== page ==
Data Scientists are Making Healthcare More Effective

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I was recently inspired to write this article below, when I read a long while ago about how patients are most times treated as some sort of ‘average’.”Typically, a patient will receive a treatment based on what worked for most people, as reflected in large clinical studies. For example, for a long time, it was thought that Tamoxifen was roughly 80% effective for breast cancer patients. But now we know that it is 100% effective in 70% to 80% of the patients, and ineffective in the rest”.

Today, there is a huge opportunity for Data Scientists to put their Predictive Analytics / Statistical skills to work, as today, we have access to a new kind of data such as ‘DNA sequencing’ to tell whether it’s likely that a drug will be effective or ineffective in any given patient, and we can tell in advance whether to treat with the drug or to try something else.

Today, we can use predictive analytic techniques such as the Logistic Regression or Decision Trees to divide patients into groups and then determine the difference between those groups. With the Logistic Regression Modelling, we can tell who is likely to be cured with a particular treatment and also, the probability of being cured with that particular treatment. Decision Trees also offer good visualisation showing the breakdown on the different segments of patients who are likely to cured by a particular treatment or not.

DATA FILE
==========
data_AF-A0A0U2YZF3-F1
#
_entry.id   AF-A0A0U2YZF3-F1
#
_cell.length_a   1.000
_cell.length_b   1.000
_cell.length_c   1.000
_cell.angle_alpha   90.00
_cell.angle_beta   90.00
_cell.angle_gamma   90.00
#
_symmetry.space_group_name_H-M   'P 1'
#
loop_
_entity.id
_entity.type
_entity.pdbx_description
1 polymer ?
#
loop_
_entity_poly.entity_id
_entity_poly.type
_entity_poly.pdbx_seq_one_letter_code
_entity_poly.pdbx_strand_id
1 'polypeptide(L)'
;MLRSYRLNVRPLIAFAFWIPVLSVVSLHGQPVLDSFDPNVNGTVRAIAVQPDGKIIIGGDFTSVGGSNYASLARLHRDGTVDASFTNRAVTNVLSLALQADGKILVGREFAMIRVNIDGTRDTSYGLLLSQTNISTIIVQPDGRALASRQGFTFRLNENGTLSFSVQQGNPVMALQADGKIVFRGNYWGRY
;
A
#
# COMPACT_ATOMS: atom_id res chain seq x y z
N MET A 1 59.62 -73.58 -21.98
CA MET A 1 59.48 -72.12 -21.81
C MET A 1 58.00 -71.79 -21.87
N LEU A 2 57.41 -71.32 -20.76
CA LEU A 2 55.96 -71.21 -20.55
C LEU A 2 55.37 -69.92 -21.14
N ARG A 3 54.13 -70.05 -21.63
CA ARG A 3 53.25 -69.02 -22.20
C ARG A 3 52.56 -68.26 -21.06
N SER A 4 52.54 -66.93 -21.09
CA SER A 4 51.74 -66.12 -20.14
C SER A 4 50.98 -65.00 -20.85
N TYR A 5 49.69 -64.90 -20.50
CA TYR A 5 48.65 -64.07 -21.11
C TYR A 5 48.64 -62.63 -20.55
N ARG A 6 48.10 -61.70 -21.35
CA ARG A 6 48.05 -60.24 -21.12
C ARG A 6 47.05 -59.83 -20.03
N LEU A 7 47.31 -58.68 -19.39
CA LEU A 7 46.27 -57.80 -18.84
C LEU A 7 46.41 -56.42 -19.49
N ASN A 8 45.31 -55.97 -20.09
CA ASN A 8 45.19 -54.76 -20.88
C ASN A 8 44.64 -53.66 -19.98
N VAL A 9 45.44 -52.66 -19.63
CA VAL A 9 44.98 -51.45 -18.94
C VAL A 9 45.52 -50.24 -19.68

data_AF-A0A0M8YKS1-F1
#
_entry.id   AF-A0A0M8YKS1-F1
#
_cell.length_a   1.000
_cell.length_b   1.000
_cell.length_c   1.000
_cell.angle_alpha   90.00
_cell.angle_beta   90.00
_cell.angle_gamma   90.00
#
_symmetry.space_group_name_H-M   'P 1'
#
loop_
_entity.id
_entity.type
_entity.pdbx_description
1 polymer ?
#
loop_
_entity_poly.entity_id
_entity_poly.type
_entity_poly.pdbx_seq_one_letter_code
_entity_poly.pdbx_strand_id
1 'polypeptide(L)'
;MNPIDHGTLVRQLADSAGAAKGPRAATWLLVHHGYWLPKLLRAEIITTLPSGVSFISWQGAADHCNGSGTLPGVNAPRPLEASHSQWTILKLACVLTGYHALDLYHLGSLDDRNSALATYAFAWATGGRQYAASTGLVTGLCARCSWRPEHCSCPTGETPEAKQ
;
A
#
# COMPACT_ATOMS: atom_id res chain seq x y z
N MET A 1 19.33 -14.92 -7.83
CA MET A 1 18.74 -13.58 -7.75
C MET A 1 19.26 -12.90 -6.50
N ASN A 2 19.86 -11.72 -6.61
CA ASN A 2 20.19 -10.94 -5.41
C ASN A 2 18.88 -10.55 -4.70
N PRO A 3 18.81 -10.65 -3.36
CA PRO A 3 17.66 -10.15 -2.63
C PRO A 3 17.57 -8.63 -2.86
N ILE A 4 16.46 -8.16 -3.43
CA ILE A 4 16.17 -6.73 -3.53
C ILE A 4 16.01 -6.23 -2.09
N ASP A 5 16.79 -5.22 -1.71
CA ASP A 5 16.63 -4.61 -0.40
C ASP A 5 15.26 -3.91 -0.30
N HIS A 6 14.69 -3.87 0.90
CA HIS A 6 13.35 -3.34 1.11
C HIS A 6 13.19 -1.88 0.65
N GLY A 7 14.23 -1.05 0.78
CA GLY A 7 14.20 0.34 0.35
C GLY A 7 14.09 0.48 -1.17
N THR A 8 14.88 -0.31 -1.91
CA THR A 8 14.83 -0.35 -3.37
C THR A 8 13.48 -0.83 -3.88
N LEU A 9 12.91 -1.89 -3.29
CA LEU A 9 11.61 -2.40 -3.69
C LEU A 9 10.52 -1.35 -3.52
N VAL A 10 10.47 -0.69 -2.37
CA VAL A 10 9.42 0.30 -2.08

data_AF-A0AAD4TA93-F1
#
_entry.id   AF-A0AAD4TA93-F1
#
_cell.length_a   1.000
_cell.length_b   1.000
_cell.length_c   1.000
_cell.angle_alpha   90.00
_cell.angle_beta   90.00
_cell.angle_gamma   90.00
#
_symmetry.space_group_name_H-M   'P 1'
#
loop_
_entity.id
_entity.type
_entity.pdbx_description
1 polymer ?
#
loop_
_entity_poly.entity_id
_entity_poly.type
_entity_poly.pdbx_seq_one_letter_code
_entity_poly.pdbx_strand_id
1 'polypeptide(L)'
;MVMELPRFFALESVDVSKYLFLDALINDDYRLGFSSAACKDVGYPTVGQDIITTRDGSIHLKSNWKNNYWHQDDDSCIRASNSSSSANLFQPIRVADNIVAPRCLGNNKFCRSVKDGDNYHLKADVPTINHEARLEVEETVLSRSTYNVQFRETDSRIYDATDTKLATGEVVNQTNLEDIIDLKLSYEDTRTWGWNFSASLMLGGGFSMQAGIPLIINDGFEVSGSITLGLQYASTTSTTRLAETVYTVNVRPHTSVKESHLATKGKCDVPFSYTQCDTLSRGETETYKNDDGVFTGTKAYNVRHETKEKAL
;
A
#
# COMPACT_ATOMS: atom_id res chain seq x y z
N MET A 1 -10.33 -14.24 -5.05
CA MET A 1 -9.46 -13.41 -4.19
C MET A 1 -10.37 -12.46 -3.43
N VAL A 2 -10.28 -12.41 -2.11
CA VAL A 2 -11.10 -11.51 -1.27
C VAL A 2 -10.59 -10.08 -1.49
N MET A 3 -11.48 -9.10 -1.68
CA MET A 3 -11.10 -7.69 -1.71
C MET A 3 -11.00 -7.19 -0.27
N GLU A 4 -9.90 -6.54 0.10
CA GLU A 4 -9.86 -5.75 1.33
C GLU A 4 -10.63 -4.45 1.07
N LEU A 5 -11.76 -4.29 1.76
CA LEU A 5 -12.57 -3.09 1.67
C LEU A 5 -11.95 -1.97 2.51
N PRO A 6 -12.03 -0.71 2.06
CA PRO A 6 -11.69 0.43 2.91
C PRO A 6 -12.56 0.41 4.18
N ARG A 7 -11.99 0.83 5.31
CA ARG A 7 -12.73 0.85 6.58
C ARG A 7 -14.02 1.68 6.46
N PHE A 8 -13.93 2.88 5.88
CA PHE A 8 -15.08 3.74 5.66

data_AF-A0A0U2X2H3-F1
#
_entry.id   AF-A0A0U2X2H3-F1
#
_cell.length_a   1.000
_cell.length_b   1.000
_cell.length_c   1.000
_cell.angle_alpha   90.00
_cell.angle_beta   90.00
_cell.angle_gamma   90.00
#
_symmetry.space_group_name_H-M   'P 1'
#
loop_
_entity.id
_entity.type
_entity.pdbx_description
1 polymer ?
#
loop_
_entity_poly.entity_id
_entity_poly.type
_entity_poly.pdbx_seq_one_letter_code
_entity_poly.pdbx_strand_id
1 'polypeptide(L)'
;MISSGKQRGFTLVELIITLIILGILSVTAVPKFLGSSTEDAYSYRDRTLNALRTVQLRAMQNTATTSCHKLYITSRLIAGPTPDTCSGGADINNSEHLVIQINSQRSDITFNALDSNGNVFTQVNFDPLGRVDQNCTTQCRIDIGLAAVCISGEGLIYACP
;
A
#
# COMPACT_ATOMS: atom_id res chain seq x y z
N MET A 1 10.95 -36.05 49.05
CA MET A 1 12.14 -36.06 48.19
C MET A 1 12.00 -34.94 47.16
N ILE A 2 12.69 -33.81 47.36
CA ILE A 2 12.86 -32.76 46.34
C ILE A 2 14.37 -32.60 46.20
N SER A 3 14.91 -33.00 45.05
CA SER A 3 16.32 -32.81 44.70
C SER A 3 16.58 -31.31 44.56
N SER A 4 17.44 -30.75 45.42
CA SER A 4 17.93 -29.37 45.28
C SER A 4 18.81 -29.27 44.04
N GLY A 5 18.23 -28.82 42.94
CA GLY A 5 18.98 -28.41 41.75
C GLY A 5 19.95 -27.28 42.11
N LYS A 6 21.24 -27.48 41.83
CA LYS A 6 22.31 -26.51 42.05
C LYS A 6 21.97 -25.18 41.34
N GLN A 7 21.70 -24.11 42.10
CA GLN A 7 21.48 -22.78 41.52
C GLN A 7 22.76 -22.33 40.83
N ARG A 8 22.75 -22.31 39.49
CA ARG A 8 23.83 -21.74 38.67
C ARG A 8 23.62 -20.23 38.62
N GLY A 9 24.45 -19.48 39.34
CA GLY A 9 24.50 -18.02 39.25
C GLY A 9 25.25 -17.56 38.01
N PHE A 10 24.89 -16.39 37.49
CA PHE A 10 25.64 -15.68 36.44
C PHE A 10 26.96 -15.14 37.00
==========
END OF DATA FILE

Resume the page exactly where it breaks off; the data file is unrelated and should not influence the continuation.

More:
Many focus on whether a treatment is effective or not. The fundamental question is, “for which patients is this treatment effective”? It’s all about asking the right questions….The question should always include the patient not just the treatment! A treatment that is only effective on 25% of patients might be very valuable if we can tell who that 25%  is.

One of Data Science’s many promises, is that, if we can collect enough data effectively, we will be able to predict more accurately which treatments will be effective for which patients and which treatments won’t.

If you are interested in “What treatments will work and on which type of patients?” or “Whether you are spending money effectively on your treatment?” Why not get help from Data Scientists, like myself, who can apply Predictive Analytics / Statistical Techniques to historical patient and treatment data and help you answer such questions.

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